1. A method of decreasing friction in a counterbalance system for a tilt-in window, comprising: providing guide tracks, wherein each of said guide tracks has two opposing vertical walls spaced a predetermined distance apart; providing a window sash having tilt posts that extend outwardly therefrom, wherein said window sash is rotatable about said tilt posts between an operational orientation and a tilted orientation; providing brake shoes within said guide tracks, said brake shoes receiving said tilt posts and guiding said tilt posts within said guide tracks, wherein each of said brake shoes has a housing having two curved side edges that include a first curved side edge and a second curved said edge, and wherein each of said brake shoes has a face surface and a rear surface disposed between said two curved side edges; providing a cam disposed between said face section and said rear section within each of said brake shoe, wherein said cam biases said face section and said rear section apart when said sash is tilted from said operational orientation to said tilted orientation; and providing coil springs, wherein said coil springs have free ends that connects to said brake shoes said grooves, wherein said coil springs apply torque to said brake shoes to bias said first curved side edge and said second curved side edge of each of said brake shoes into tangential contact with said opposing vertical walls of said guide tracks.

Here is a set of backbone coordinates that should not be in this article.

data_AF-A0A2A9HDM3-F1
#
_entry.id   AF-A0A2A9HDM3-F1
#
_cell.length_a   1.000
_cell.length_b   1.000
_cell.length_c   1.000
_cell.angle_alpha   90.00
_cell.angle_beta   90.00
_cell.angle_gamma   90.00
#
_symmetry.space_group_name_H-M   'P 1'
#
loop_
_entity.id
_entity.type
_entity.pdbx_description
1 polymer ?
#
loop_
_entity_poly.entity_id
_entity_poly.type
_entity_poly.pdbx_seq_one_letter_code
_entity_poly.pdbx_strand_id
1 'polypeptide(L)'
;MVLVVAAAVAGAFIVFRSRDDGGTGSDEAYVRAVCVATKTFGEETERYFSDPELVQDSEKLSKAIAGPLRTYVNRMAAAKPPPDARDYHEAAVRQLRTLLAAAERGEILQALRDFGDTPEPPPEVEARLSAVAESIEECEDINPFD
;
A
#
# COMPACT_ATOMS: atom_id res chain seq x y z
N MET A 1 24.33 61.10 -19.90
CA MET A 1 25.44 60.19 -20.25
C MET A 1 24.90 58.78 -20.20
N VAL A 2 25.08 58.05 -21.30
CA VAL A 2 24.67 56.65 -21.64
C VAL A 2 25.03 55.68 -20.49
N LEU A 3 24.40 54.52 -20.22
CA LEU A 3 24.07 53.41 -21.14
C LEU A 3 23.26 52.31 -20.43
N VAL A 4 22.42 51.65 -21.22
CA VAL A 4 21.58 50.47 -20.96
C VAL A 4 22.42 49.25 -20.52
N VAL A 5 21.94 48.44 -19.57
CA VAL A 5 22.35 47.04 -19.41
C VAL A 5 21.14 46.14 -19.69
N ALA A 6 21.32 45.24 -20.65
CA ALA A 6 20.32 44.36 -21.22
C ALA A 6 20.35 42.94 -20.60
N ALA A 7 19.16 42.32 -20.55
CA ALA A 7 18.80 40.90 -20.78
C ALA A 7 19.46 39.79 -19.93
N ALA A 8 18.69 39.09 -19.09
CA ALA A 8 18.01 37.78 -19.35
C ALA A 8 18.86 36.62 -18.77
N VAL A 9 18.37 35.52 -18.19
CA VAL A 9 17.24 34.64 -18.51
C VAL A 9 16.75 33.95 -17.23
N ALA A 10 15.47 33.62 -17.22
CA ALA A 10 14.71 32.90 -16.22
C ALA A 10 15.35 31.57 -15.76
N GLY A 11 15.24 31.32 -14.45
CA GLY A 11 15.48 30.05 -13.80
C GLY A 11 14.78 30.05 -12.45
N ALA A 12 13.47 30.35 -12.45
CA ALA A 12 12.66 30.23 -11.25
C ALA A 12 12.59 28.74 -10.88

2. The method according to claim 1, further including the step of providing said coil springs with holes proximate said free ends, wherein said holes are engaged by said brake shoes.

3. The method according to claim 2, wherein said brake shoes have hook shaped portion, wherein said method further includes the step of interconnecting said hook shaped portion with said holes in said free ends of said coil springs.

4. The method according to claim 1, wherein said first curved side edge of each of said brake shoes has lower section of a first radius of curvature and an upper section of a second radius of curvature, wherein said lower section and said upper section meet at a first transition point.

5. The method according to claim 4, wherein first radius of curvature is greater than said second radius of curvature.

6. The method according to claim 1, wherein said second curved side edge of each of said brake shoes has lower section of a first radius of curvature and an upper section of a second radius of curvature, wherein said lower section and said upper section meet at a second transition point.

7. The method according to claim 6, wherein each of said brake shoes has a bottom surface of a predetermined length, wherein said first curved side edge and said second curved side edge extend upwardly from opposite ends of said bottom surface.

8. The method according to claim 7, further including the step of spacing apart said first transition point and said second transition point by a distance that is greater than said predetermined length.